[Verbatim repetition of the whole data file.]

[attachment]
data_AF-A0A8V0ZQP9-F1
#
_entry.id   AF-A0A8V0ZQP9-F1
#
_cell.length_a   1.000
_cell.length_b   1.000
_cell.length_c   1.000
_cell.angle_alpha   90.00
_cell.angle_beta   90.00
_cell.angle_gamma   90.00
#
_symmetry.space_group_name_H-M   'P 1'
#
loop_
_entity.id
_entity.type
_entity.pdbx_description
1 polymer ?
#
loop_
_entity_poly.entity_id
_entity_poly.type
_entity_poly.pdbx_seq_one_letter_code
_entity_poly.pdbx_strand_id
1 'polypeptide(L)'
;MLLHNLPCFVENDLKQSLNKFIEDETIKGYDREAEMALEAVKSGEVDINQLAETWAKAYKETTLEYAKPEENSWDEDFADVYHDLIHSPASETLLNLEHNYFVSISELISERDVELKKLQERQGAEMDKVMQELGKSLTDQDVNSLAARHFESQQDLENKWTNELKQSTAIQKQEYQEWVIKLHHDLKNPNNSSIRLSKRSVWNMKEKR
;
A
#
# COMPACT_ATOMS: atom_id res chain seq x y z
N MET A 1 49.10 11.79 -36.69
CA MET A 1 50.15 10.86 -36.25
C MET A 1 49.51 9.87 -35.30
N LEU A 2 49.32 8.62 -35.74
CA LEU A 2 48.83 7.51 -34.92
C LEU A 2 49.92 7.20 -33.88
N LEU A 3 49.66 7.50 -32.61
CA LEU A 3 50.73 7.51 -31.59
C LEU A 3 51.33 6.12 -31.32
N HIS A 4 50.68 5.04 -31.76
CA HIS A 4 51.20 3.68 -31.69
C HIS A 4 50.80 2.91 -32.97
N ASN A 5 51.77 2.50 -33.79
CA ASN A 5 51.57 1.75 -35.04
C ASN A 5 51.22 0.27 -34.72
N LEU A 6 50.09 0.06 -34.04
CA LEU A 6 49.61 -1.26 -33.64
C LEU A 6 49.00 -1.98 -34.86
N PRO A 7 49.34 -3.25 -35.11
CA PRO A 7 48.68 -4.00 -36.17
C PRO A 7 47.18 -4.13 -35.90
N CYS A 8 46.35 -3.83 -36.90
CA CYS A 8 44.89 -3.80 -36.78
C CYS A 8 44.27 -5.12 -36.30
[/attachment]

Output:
data_AF-A0A8V0ZQP9-F1
#
_entry.id   AF-A0A8V0ZQP9-F1
#
_cell.length_a   1.000
_cell.length_b   1.000
_cell.length_c   1.000
_cell.angle_alpha   90.00
_cell.angle_beta   90.00
_cell.angle_gamma   90.00
#
_symmetry.space_group_name_H-M   'P 1'
#
loop_
_entity.id
_entity.type
_entity.pdbx_description
1 polymer ?
#
loop_
_entity_poly.entity_id
_entity_poly.type
_entity_poly.pdbx_seq_one_letter_code
_entity_poly.pdbx_strand_id
1 'polypeptide(L)'
;MLLHNLPCFVENDLKQSLNKFIEDETIKGYDREAEMALEAVKSGEVDINQLAETWAKAYKETTLEYAKPEENSWDEDFADVYHDLIHSPASETLLNLEHNYFVSISELISERDVELKKLQERQGAEMDKVMQELGKSLTDQDVNSLAARHFESQQDLENKWTNELKQSTAIQKQEYQEWVIKLHHDLKNPNNSSIRLSKRSVWNMKEKR
;
A
#
# COMPACT_ATOMS: atom_id res chain seq x y z
N MET A 1 49.10 11.79 -36.69
CA MET A 1 50.15 10.86 -36.25
C MET A 1 49.51 9.87 -35.30
N LEU A 2 49.32 8.62 -35.74
CA LEU A 2 48.83 7.51 -34.92
C LEU A 2 49.92 7.20 -33.88
N LEU A 3 49.66 7.50 -32.61
CA LEU A 3 50.73 7.51 -31.59
C LEU A 3 51.33 6.12 -31.32
N HIS A 4 50.68 5.04 -31.76
CA HIS A 4 51.20 3.68 -31.69
C HIS A 4 50.80 2.91 -32.97
N ASN A 5 51.77 2.50 -33.79
CA ASN A 5 51.57 1.75 -35.04
C ASN A 5 51.22 0.27 -34.72
N LEU A 6 50.09 0.06 -34.04
CA LEU A 6 49.61 -1.26 -33.64
C LEU A 6 49.00 -1.98 -34.86
N PRO A 7 49.34 -3.25 -35.11
CA PRO A 7 48.68 -4.00 -36.17
C PRO A 7 47.18 -4.13 -35.90
N CYS A 8 46.35 -3.83 -36.90
CA CYS A 8 44.89 -3.80 -36.78
C CYS A 8 44.27 -5.12 -36.30